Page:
1 Samuel 30
Today’s reading is all of Chapter 30, so you will need to read it out of your own Bible or click on the link below to read it in your browser. It is yet another great story from David’s life, so make sure you read the whole thing!
As the kingship of Saul declines (and in fact will end very soon), the leadership of David increases. Having been dismissed by the Philistines, David return to Ziklag, only to find that it has been burned to the ground and all of the women and children herded out as captives. The Amalekites, long the enemies of Judah and Philistia who now face each other on the battlefield, have swept through the area stealing livestock and people along the way. Naturally, David and his men are devastated. But, God’s hand has provided for those women and children as David and his men are no longer on the battlefield, but instead positioned to affect a rescue.
This story begs to be compared to some of Saul’s actions in the recent past. When faced with battle, Saul seeks out the counsel of a medium; something that is reprehensible and forbidden by God. David, on the other hand, seeks out the voice of God. When stress rises, what is on the inside squeezes out. Here is a prime example. While Saul did attempt to ask God about the battle he faced because there was no relationship between him and God, there was no answer for him. Who is able to get more of your attention; the kid up the street who seems troubled or your own child who needs your help? That’s an easy one to answer – for us and for God.
Not only does God grace David with an answer, it is a hopeful, grace-filled answer! The news is good. Not only will the Amalekites be caught and their wives and children not only found but rescued! “When the rejected Saul inquired of the Lord, no answer came (28:6); when the man after [God’s] own heart (13:14) does the same, the Lord answers specifically and with precision. In this case David asks whether he should “pursue” the Amalekite raiders and, if so, whether he would be able to overtake them. The Lord’s response is immediate, clear, and full of encouragement: David is commanded to “pursue,” he will “certainly overtake”, and in addition—the divine bonus—he will succeed in the rescue”1
While God promises that the efforts to find and rescue their women and children will be successful, He also sends someone who will guide them right to the enemy. David doesn’t even have to spend time looking for the Amalekites! As search and rescue efforts go, it doesn’t get much easier than this. While David defeats his enemy every single one of the captives are found and freed. Their lives have been spared and there is plunder to share. When God blesses us, it is never half way. As the story unfolds we see David growing daily in his role as king and leader. He routs the enemy and he generously distributes the booty gained from the expedition against the advice of those who went to battle with him. Even those who stayed behind to “watch the baggage” are allowed to share in the newfound wealth. David shares because his attitude is not that they recovered plunder, but that God gifted them. So it must be shared not with the victors but with the entire community. And he makes that a law! Only kings make laws.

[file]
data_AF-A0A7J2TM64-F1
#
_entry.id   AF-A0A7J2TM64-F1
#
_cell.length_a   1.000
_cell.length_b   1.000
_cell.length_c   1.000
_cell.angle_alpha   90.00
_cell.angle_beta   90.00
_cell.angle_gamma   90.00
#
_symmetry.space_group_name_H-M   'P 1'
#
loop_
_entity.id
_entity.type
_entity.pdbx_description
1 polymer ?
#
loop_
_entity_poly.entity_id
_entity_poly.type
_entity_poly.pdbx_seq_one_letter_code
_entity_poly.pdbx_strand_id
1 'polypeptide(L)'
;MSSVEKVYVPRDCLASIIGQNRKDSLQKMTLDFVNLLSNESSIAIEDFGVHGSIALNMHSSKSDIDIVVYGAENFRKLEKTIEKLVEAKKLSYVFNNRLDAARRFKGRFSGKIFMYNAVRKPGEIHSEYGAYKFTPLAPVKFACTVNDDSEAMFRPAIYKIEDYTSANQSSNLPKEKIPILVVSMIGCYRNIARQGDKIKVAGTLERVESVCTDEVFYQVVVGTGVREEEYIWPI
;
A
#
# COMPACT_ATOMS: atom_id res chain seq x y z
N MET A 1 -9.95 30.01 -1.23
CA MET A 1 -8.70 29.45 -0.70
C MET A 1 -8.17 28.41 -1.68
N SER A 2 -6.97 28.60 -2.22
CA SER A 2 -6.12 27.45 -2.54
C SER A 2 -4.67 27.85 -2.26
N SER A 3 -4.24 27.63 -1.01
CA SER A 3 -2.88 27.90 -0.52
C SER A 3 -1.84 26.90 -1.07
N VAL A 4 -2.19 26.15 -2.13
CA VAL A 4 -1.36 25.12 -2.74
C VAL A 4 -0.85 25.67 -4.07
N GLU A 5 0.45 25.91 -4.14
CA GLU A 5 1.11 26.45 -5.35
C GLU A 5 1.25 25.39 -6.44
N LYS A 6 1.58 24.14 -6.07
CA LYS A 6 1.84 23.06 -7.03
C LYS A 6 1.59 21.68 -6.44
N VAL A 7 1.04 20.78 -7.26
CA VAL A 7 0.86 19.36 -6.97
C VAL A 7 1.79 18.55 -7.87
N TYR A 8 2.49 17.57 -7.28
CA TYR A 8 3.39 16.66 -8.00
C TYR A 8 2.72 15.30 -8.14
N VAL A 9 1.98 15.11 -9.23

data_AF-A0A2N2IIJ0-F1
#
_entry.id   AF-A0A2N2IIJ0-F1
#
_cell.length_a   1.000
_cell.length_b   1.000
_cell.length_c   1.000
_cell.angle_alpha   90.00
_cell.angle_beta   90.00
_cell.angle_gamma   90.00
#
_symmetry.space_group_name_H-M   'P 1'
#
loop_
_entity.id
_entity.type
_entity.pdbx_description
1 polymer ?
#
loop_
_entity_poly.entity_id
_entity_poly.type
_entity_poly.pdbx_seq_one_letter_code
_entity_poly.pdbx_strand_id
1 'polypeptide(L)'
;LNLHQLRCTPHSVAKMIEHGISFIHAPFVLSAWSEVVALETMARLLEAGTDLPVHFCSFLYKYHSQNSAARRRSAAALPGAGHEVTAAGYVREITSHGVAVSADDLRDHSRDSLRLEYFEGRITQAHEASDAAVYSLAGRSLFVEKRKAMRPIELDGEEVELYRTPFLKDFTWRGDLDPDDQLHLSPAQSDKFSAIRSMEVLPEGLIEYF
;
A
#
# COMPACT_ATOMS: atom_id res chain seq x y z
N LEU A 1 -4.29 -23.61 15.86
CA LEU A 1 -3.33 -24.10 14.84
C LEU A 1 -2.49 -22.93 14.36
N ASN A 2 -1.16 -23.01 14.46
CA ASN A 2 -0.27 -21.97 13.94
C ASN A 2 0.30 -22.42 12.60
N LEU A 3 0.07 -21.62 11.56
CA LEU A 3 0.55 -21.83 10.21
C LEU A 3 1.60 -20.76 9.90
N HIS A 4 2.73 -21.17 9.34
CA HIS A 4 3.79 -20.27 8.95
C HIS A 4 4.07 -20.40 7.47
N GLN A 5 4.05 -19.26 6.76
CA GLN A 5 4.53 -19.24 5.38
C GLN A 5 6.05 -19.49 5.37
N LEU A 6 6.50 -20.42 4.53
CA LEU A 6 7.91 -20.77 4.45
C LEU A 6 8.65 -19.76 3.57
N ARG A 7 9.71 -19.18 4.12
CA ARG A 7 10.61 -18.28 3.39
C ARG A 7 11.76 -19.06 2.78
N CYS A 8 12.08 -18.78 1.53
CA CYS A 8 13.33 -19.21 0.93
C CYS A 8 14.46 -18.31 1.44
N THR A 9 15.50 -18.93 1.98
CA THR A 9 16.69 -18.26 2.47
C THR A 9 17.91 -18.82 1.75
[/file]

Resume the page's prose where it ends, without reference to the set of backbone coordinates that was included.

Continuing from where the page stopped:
While Saul is facing defeat and death in his final battle, David is enjoying success and restoration. While Saul is depleting the resources of his people with war, David is bringing riches into the kingdom. While Saul consults with evil, David seeks after God and the comparisons clearly show the better path. Saul is a prime example of what happens to us when we go our own way and make up our own path. David is a prime example of what life looks like when we follow God. Does David always follow God? No, and we will see the results of that in 2 Samuel. But for now, the evidence is plain and our role model is David. He was a man after God’s own heart and the benefits of that are being played out on the pages of 1 Samuel in all their glory. Ultimately, the story is not about David, but about God, as is true of all the Scriptures. God is the triumphant one in a story where He is sought and followed. When all of the details are examined, God’s way is always the one where peace and blessing lay. Why would go any other way? (Well, because we are sinners – but that’s for another day. J)
 Youngblood, R. F. (1992). 1, 2 Samuel. In F. E. Gaebelein (Ed.), The Expositor's Bible Commentary, Volume 3: Deuteronomy, Joshua, Judges, Ruth, 1 & 2 Samuel (F. E. Gaebelein, Ed.) (792). Grand Rapids, MI: Zondervan Publishing House.